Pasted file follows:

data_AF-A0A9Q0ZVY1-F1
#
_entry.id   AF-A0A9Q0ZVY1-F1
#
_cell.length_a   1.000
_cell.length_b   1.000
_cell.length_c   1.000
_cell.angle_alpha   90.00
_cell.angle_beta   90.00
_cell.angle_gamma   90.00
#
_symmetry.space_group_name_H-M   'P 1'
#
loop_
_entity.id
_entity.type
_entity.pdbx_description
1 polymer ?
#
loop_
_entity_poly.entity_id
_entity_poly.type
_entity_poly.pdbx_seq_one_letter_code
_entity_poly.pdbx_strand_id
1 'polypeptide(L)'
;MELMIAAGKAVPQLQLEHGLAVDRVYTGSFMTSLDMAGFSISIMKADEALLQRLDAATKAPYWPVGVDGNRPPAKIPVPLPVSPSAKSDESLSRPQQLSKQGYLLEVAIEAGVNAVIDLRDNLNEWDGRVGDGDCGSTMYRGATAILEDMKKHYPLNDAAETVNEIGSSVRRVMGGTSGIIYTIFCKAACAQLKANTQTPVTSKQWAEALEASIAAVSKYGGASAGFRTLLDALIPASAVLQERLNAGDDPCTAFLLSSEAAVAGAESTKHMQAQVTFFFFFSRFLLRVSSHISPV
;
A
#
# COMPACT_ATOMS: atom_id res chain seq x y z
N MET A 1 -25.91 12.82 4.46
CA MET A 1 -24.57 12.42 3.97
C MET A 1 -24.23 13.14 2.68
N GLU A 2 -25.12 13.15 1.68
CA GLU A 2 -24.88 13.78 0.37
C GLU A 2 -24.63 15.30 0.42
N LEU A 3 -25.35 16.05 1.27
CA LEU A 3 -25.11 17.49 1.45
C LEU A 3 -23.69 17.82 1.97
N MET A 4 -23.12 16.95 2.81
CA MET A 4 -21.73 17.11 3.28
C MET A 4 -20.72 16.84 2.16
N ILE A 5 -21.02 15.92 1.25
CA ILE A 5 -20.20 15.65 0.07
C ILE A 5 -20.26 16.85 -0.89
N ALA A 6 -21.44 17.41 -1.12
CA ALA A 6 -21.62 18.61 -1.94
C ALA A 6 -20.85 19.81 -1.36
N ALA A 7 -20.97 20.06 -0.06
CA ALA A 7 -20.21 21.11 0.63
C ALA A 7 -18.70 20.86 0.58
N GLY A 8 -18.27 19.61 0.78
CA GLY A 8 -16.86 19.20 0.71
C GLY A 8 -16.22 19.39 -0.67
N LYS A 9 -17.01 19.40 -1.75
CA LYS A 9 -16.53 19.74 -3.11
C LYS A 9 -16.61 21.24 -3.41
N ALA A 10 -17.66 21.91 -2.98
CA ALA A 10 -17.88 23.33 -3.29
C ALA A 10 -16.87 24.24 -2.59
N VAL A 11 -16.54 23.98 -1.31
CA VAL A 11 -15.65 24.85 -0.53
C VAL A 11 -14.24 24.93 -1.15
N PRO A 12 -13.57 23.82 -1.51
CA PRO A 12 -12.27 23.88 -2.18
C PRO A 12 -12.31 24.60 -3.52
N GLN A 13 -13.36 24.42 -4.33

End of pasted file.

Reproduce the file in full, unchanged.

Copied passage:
data_AF-A0A9Q0ZVY1-F1
#
_entry.id   AF-A0A9Q0ZVY1-F1
#
_cell.length_a   1.000
_cell.length_b   1.000
_cell.length_c   1.000
_cell.angle_alpha   90.00
_cell.angle_beta   90.00
_cell.angle_gamma   90.00
#
_symmetry.space_group_name_H-M   'P 1'
#
loop_
_entity.id
_entity.type
_entity.pdbx_description
1 polymer ?
#
loop_
_entity_poly.entity_id
_entity_poly.type
_entity_poly.pdbx_seq_one_letter_code
_entity_poly.pdbx_strand_id
1 'polypeptide(L)'
;MELMIAAGKAVPQLQLEHGLAVDRVYTGSFMTSLDMAGFSISIMKADEALLQRLDAATKAPYWPVGVDGNRPPAKIPVPLPVSPSAKSDESLSRPQQLSKQGYLLEVAIEAGVNAVIDLRDNLNEWDGRVGDGDCGSTMYRGATAILEDMKKHYPLNDAAETVNEIGSSVRRVMGGTSGIIYTIFCKAACAQLKANTQTPVTSKQWAEALEASIAAVSKYGGASAGFRTLLDALIPASAVLQERLNAGDDPCTAFLLSSEAAVAGAESTKHMQAQVTFFFFFSRFLLRVSSHISPV
;
A
#
# COMPACT_ATOMS: atom_id res chain seq x y z
N MET A 1 -25.91 12.82 4.46
CA MET A 1 -24.57 12.42 3.97
C MET A 1 -24.23 13.14 2.68
N GLU A 2 -25.12 13.15 1.68
CA GLU A 2 -24.88 13.78 0.37
C GLU A 2 -24.63 15.30 0.42
N LEU A 3 -25.35 16.05 1.27
CA LEU A 3 -25.11 17.49 1.45
C LEU A 3 -23.69 17.82 1.97
N MET A 4 -23.12 16.95 2.81
CA MET A 4 -21.73 17.11 3.28
C MET A 4 -20.72 16.84 2.16
N ILE A 5 -21.02 15.92 1.25
CA ILE A 5 -20.20 15.65 0.07
C ILE A 5 -20.26 16.85 -0.89
N ALA A 6 -21.44 17.41 -1.12
CA ALA A 6 -21.62 18.61 -1.94
C ALA A 6 -20.85 19.81 -1.36
N ALA A 7 -20.97 20.06 -0.06
CA ALA A 7 -20.21 21.11 0.63
C ALA A 7 -18.70 20.86 0.58
N GLY A 8 -18.27 19.61 0.78
CA GLY A 8 -16.86 19.20 0.71
C GLY A 8 -16.22 19.39 -0.67
N LYS A 9 -17.01 19.40 -1.75
CA LYS A 9 -16.53 19.74 -3.11
C LYS A 9 -16.61 21.24 -3.41
N ALA A 10 -17.66 21.91 -2.98
CA ALA A 10 -17.88 23.33 -3.29
C ALA A 10 -16.87 24.24 -2.59
N VAL A 11 -16.54 23.98 -1.31
CA VAL A 11 -15.65 24.85 -0.53
C VAL A 11 -14.24 24.93 -1.15
N PRO A 12 -13.57 23.82 -1.51
CA PRO A 12 -12.27 23.88 -2.18
C PRO A 12 -12.31 24.60 -3.52
N GLN A 13 -13.36 24.42 -4.33